© 2021 Greek Community Tribune All Rights Reserved

Riverland wine grape growers are "going

broke"

March 2024 Tractors, harvesters and trucks have lined the streets of Renmark as growers in Australia's largest wine grape growing region protest for greater sustainability in their industry. Hundreds of farmers and wine grape growers drove through the South Australian Riverland town in trucks, tractors and harvesters at the beginning of February, before blocking both lanes of traffic in front of a hotel. The region, about 200 kilometres north east of Adelaide, is home to more than 900 growers that contribute about $400 million to the national economy. The tractor convoy was led by 25-year-old Sava Giahgias, who said he wanted to raise awareness about the unsustainability of an industry where farmers were paid below the cost of production for their grapes. "If the industry collapses, the Riverland will collapse," he said. The third-generation grower said despite the temporary disruption to traffic, people had been largely supportive. "A couple of guys stopped me and said, 'Good. Keep doing it'," Mr Giahgias said. "The Riverland is going to collapse if we don't do something about it. Us farmers are the Riverland. We are the food bowl." 'People are going broke' The protest followed a heated meeting at a property in Loveday on Tuesday, where more than 100 growers expressed concern that the upcoming grape harvest could be their last. The gathering was hosted by Sava Giahgias' father, Jim, and South Australian independent MLC Frank Pangallo. Their key demands included making wine grape prices more sustainable, and improving support from the industry and government for growers. Prices for the 2024 vintage are confidential, and some wineries are still negotiating agreements, but the ABC understands some could be about $150 a tonne for red wine grapes like shiraz and cabernet. Mr Giahgias said the meeting was a chance for people to talk about turning their frustrations into collective action. "People are going broke," he said. "Growers cannot grow grapes for a third of the cost of production. "It's time that were are not treated like peasants, and that we are treated like business people." When contacted by the ABC, a spokesperson for the Federal Agriculture Minister Murray Watt referred to a December statement that said a major problem for Australia's wine industry was the collapse of the China market, which the government was working to stabilise. Accolade Wines, who accept the majority of the Riverland's grapes, as well as The Wine Group, and Kingston Estate, were contacted for comment. An Accolade Wines spokesperson says it is "currently in negotiations with CCW [Cooperative] growers for grape pricing for V24 [vintage 2024] and these are ongoing and confidential". The Wine Group (TWG) general manager Brigid Nolan said wineries were facing pressures from the global red wine surplus, and a declining demand for wine.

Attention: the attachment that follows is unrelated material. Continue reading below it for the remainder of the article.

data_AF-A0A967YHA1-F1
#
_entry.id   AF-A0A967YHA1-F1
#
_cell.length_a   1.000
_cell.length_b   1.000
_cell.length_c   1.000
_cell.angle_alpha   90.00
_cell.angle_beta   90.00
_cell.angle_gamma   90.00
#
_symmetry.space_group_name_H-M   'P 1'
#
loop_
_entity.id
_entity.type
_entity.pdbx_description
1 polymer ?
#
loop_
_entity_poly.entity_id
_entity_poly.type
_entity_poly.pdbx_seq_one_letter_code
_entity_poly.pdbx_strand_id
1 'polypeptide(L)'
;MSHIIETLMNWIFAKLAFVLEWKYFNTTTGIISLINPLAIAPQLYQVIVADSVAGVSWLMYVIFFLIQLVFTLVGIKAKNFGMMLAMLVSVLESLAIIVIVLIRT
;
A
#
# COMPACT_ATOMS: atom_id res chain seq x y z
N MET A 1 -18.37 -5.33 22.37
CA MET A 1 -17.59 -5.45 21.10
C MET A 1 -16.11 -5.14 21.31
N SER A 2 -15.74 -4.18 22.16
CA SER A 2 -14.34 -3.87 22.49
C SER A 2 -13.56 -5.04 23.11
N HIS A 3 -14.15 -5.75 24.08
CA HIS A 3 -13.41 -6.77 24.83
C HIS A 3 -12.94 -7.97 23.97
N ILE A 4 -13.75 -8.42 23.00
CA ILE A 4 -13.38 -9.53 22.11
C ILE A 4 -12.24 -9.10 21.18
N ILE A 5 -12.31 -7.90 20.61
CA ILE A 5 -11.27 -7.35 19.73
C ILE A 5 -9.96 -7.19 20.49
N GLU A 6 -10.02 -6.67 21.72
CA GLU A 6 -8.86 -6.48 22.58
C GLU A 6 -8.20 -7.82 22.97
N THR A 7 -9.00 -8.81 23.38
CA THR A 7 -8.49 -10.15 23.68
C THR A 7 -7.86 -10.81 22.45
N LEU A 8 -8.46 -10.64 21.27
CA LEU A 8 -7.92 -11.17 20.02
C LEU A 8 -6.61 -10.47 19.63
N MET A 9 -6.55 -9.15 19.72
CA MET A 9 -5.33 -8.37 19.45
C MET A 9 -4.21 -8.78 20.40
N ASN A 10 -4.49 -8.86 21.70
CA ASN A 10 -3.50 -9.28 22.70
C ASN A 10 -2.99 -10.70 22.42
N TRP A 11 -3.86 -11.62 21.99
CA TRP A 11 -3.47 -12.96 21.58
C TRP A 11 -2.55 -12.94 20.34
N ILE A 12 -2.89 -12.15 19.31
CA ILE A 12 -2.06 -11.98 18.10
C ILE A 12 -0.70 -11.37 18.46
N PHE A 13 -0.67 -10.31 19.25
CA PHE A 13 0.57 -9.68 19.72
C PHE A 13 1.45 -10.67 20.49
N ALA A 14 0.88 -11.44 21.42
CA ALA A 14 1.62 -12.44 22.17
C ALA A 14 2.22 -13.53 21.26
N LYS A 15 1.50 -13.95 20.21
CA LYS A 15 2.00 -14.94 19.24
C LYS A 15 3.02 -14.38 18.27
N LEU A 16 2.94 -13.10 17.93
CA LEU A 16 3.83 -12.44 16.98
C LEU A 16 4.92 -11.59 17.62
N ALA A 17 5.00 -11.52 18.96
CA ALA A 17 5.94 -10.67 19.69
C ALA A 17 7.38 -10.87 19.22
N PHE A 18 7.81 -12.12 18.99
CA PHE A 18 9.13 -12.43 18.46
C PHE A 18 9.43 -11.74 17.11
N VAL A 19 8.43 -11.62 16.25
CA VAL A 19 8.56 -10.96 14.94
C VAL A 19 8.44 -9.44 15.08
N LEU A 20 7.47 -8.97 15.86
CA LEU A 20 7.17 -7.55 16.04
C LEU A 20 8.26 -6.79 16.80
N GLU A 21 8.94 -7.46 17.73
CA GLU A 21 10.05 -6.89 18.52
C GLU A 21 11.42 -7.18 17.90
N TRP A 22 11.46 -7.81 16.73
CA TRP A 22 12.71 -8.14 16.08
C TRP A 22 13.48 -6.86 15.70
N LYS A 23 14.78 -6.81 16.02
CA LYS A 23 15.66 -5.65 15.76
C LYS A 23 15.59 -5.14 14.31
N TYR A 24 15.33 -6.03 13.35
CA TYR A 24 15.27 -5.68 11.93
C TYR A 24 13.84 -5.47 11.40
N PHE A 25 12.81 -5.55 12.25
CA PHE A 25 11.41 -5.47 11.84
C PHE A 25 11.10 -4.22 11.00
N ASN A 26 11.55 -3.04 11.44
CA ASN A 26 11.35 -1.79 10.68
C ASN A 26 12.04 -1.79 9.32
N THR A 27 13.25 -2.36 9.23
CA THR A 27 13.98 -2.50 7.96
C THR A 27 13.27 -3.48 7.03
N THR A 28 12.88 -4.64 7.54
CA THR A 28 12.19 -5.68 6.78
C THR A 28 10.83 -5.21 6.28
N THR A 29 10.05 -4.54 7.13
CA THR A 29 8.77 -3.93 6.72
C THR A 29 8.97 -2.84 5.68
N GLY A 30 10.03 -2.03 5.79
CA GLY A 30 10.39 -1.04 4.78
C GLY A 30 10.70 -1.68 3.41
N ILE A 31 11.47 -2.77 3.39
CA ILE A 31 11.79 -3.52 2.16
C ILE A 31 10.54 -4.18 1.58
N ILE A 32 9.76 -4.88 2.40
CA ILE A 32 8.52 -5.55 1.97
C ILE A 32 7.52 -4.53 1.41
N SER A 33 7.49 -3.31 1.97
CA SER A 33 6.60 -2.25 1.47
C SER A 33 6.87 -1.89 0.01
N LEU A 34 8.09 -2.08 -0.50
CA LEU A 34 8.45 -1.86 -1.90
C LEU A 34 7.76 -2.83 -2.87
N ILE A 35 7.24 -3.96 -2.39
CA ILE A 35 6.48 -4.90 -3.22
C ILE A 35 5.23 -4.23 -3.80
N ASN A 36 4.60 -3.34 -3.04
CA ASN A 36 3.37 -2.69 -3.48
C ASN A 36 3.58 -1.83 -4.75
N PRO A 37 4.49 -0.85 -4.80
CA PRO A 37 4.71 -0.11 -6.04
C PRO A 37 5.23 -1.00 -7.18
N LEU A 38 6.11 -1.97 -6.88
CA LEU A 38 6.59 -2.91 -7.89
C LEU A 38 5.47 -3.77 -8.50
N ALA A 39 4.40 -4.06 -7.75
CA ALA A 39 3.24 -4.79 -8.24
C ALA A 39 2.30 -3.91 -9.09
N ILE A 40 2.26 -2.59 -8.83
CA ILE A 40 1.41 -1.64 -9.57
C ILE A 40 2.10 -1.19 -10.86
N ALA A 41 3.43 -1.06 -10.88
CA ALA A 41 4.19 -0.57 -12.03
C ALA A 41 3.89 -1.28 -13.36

Greek Tribune Adelaide, South Australia